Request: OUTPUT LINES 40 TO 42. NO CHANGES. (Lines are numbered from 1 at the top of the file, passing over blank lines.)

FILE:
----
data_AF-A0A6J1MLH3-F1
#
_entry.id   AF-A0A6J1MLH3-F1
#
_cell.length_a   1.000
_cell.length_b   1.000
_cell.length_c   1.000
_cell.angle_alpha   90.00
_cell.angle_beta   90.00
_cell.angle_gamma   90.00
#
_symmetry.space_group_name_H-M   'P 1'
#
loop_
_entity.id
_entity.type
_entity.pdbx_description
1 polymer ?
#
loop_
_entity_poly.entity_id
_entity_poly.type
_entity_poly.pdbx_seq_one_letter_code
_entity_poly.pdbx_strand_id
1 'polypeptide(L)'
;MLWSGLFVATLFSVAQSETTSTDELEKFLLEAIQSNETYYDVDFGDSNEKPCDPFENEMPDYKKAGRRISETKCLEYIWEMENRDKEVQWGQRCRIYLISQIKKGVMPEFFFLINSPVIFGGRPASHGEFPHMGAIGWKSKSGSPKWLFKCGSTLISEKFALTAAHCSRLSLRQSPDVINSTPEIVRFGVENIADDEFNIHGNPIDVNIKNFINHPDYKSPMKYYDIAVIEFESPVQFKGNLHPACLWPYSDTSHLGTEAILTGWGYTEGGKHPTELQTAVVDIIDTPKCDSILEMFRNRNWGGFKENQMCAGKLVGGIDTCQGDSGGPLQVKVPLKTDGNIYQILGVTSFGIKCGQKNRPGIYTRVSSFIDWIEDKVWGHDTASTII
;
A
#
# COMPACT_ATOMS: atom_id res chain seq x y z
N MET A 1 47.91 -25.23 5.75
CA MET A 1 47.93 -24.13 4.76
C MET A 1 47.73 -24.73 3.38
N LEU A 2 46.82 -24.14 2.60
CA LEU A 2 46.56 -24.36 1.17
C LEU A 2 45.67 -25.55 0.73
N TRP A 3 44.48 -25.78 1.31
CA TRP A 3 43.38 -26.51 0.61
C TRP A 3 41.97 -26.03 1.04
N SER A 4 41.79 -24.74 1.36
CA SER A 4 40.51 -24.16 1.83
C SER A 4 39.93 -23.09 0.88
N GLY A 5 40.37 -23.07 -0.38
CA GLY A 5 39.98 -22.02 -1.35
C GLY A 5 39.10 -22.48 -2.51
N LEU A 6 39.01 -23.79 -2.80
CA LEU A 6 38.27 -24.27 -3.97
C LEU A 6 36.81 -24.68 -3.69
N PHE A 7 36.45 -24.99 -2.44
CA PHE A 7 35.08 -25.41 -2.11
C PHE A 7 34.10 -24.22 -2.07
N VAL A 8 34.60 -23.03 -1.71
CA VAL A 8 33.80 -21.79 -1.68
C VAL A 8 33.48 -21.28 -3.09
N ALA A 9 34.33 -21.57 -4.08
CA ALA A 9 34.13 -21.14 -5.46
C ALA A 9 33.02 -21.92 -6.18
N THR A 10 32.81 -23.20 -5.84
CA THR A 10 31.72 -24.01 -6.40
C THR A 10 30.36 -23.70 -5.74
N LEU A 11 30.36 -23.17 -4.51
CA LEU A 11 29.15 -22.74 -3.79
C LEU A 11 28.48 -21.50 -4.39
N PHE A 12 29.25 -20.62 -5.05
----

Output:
N SER A 4 41.79 -24.74 1.36
CA SER A 4 40.51 -24.16 1.83
C SER A 4 39.93 -23.09 0.88